*As Nigeria secures $1.4bn support
At a major forum convened by the World Bank Group at the just concluded IMF/World Bank Group Annual Meetings in Washington DC, bankers, financial leaders and government functionaries of member countries set a goal of achieving universal financial access by 2020 as a way to accelerate economic progress and reduce extreme poverty.
The leaders at the forum included Nigeria’s Coordinating Minister of the Economy and Minister of Finance, Dr. Ngozi Okonjo-Iweala.
According to the World Bank spokesman for Africa, Agustin Castro, the goal is of utmost importance since 2.5 billion adults worldwide are ‘un-banked’ and almost 200 million micro to medium enterprises in developing economies lack access to affordable financial services and credit. This, he said, the bank considers as a major obstacle to reducing poverty levels and create much needed new jobs.
Also, the Minister of Finance, Dr. Okonjo Iweala, told journalists attending the meeting at a post annual press briefing that Nigeria has secured a $1.4billion support facility from the World Bank to speed up the development of the power sector and infrastructure in Nigeria. She said “The World Bank has pledged to support Nigeria’s power sector and infrastructure development with about $1.4 billion. The World Bank is planning to set up a global infrastructure facility and Nigeria would be among the first countries to benefit considering its population and infrastructure needs.”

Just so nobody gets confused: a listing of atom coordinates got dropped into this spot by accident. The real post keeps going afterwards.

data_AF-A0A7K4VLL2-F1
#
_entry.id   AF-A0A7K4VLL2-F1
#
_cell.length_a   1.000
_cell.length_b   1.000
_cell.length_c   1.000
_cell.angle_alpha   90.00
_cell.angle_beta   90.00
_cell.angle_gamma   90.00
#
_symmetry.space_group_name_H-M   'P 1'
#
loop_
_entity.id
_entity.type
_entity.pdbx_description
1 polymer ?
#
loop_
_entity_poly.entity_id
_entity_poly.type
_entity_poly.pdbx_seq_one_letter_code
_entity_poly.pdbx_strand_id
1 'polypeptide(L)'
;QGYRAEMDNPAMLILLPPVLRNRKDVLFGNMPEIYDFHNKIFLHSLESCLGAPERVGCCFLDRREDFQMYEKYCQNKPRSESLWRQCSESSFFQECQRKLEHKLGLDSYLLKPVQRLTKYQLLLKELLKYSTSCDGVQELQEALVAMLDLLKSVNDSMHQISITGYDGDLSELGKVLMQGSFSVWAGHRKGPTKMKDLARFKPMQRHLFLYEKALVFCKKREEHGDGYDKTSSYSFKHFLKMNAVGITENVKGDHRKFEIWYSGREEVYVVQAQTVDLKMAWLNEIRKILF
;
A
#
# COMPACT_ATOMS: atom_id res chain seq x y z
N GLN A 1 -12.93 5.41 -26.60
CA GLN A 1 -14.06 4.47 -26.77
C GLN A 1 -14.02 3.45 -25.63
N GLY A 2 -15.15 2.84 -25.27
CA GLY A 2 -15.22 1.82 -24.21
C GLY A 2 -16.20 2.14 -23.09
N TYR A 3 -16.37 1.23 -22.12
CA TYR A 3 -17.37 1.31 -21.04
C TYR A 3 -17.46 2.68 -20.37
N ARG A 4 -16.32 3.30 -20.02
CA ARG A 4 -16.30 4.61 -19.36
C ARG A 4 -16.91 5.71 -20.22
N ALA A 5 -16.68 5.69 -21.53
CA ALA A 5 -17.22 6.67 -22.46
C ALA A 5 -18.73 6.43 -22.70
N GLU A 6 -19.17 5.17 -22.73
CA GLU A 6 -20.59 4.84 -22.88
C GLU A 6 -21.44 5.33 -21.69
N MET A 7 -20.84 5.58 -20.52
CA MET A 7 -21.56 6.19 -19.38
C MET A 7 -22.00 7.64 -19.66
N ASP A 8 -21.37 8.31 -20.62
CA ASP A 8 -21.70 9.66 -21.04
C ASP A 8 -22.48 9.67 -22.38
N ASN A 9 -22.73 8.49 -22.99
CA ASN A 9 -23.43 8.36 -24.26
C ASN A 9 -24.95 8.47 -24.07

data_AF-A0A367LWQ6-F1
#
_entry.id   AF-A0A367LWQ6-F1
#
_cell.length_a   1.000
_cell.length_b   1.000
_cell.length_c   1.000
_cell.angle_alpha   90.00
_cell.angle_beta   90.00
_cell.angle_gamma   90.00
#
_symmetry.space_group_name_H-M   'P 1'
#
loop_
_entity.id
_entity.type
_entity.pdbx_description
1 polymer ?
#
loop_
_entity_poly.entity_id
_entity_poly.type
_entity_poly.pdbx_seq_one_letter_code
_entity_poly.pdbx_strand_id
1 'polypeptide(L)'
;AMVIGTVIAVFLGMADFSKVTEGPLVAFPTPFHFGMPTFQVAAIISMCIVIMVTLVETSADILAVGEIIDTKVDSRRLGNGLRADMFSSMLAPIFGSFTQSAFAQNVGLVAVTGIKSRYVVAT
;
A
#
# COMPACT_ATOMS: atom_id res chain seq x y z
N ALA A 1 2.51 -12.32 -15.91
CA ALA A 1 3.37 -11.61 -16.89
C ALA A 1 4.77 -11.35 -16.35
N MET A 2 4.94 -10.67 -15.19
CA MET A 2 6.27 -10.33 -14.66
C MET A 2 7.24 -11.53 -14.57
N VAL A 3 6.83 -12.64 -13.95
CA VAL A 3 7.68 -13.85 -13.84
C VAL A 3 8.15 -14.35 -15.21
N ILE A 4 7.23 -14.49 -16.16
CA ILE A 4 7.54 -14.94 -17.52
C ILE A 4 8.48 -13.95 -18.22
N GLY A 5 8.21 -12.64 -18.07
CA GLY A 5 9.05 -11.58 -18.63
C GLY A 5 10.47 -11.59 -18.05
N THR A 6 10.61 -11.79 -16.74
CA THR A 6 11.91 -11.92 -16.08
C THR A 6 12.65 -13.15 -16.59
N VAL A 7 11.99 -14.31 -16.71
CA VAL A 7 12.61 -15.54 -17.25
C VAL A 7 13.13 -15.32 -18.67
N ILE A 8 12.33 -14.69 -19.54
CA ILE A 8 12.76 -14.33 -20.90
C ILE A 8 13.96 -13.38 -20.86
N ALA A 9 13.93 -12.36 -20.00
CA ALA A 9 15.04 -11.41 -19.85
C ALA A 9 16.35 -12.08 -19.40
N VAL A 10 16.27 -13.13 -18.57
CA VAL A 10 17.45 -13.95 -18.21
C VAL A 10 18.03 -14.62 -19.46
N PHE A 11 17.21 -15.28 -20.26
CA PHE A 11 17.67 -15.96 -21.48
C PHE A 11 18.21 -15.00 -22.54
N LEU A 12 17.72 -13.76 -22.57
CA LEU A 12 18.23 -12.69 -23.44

According to the World Bank Group “More than 50 countries have now made commitments to financial inclusion targets. “If they fulfill their commitments, if other countries also set bold targets, and if the private sector responds by unleashing its resources and know-how – then we can reach universal access by 2020,” said Kim.
In a dialogue with Her Majesty Queen Máxima of the Netherlands – who is the United Nations Secretary General’s Special Advocate for Inclusive Finance for Development and the Honorary Patron of the G20 Global Partnership for Financial Inclusion – Kim noted that financial inclusion can be a powerful accelerator of economic progress, and can help achieve the World Bank Group’s goals of eliminating extreme poverty and building shared prosperity.
The importance of universal access to financial services was also emphasized by Queen Máxima who pointed out that every person and every business in any country deserves that opportunity. The priority of broadening financial inclusion to individuals and small businesses globally was underscored by a panel of government and business leaders.